|Live blog: Bruins take on Canadiens in Winter Classic at Gillette Stadium||01.01.16 at 12:14 pm ET|
|Baldness and Boldness: The in-depth Winter Classic fedora story you didn’t ask for||12.31.15 at 3:21 pm ET|
This is a story about fedoras and the genius coaches who wear them.
With coaches unable or unwilling to wear hats in arenas (perhaps because it’s impolite to wear a hat indoors), the Winter Classic gives them the option to express themselves in the classiest way possible: by wearing a nice hat.
Three of the 11 head coaches to participate in the Winter Classic, now in its eighth season, have worn fedoras. Among the Frozen Federlines is Bruins coach Claude Julien, who donned a snazzy camel-colored number with a dark brown ribbon in 2010 at Fenway Park.
Many coaches — most of them, in fact — have opted against wearing a hat. Yet there’s something that five of those six guys had that the others did not: hair.
Bald coaches typically wear hats at the Winter Classic. The only one of the three bald and/or balding coaches in Winter Classic history to not wear a hat was then-Caps coach Bruce Boudreau, who won his game in 2011 despite looking pretty cold.
|Tuukka Rask puts Rob Gronkowski, Tom Brady, Julian Edelman, Stephen Gostkowski on Winter Classic mask||at 11:20 am ET|
FOXBORO — Wednesday saw Canadiens goalie and local product Mike Condon reveal quite the Patriots tribute on his Winter Classic. Tuukka Rask has done him one better, as the Bruins’ goaltenders Patriots-themed mask features the likes of Rob Gronkowski, Tom Brady, Julian Edelman and Stephen Gostkowski.
FOXBORO — Look who took a twirl at Gillette Stadium before Thursday’s Bruins practice.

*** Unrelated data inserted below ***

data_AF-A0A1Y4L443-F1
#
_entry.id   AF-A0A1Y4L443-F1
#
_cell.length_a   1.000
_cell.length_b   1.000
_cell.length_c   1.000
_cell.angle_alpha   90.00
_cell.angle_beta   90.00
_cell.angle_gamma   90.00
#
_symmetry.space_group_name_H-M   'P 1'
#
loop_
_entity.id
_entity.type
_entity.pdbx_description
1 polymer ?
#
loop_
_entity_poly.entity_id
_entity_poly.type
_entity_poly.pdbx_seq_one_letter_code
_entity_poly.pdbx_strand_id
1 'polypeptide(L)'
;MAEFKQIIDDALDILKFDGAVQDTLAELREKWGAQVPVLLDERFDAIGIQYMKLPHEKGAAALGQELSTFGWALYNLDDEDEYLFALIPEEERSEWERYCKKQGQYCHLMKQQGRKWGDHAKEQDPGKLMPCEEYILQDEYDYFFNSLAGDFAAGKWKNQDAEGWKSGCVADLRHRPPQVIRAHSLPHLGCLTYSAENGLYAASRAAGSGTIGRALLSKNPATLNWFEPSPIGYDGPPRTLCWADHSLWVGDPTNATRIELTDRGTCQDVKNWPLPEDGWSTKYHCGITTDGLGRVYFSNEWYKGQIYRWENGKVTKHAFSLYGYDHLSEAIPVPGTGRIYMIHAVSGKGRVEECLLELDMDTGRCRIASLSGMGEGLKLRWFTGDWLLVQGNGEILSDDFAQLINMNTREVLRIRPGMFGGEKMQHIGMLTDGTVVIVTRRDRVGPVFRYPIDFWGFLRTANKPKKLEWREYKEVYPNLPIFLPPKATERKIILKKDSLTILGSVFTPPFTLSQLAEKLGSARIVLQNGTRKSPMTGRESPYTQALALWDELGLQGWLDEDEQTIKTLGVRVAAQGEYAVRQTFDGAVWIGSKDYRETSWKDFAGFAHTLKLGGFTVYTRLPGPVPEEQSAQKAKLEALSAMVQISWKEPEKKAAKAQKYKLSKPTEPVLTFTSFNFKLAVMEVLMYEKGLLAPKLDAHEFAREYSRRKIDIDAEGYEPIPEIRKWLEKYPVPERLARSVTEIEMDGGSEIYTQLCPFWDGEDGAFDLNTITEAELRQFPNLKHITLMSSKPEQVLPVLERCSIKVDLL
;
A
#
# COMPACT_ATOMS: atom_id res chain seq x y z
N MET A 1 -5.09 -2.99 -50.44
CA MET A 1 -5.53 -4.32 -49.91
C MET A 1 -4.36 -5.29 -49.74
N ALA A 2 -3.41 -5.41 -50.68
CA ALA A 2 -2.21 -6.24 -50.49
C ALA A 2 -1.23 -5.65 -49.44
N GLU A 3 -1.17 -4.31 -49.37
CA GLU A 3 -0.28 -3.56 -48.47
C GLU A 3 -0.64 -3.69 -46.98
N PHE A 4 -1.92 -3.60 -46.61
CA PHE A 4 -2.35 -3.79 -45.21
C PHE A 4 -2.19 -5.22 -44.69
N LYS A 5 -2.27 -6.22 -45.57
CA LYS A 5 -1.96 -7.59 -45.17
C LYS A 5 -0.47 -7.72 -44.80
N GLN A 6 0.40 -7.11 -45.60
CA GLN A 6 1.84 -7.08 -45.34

‘ DJ Bean (@DJ_Bean) December 31, 2015
Julien and Belichick Pt. II pic.twitter.com/6et7Y1ORtl
‘ DJ Bean (@DJ_Bean) December 31, 2015
“It’s always great to catch up with Bill,” Julien said. “I was fortunate enough to be a guest of his yesterday at his practice, and we walked through it, and it was nice to see him work with his team. I’ve admired him for a long time for how he handles his team, how he coaches, how prepared he is.
“We play different sports, but as coaches, I think there’s a lot of things we can learn from each other and admire from each other. And that’s the one thing I have learned from Bill is his preparation is second to none.”
|Sources: Bruins to host Canadiens in 2016 Winter Classic at Gillette Stadium||01.19.15 at 12:21 pm ET|
The Bruins will host the Canadiens in the 2016 Winter Classic at Gillette Stadium, WEEI.com has learned from league sources.
The Jan. 1 meeting between the two clubs, which has long been speculated, will be the second Winter Classic the Bruins have hosted. The B’s defeated the Flyers in overtime at the 2010 Winter Classic at Fenway Park.
The Canadiens, meanwhile, have never participated in the Winter Classic and will become just the second Canadian team to compete in the annual outdoor game. The Maple Leafs beat the Red Wings in a shootout in the 2014 game at Michigan Stadium.
The Habs aren’t complete strangers to outdoor games, however, as they did play in the Heritage Classic in 2003 against the Oilers in Edmonton and in 2011 against the Flames in Calgary.
It is unknown how preparations for the event will affect the Patriots, as Jan. 1 typically falls right around Week 17 of the NFL season.
After TSN’s Bob McKenzie reported in December that the Bruins were the favorites to host the game, Red Sox COO Sam Kennedy said that the Red Sox hoped to see the game return to Fenway Park, but acknowledged that Gillette’s seating capacity of 68,756 might make it difficult for the Sox and Fenway (37,400 capacity) to win the bid.
The NHL has yet to make an official announcement, but Bruins defenseman Dougie Hamilton said Monday that he would love to play in a Winter Classic soon.
“I think it would be awesome,” Hamilton said. “It’s something that you kind of follow every year. In [recent] years I watched the HBO show in juniors and kind of pictured what the NHL was like. Then watching the games, it’s obviously special with the different jerseys and the venue and the crowd and rivalries and everything; it’s something you’d really want to be a part of.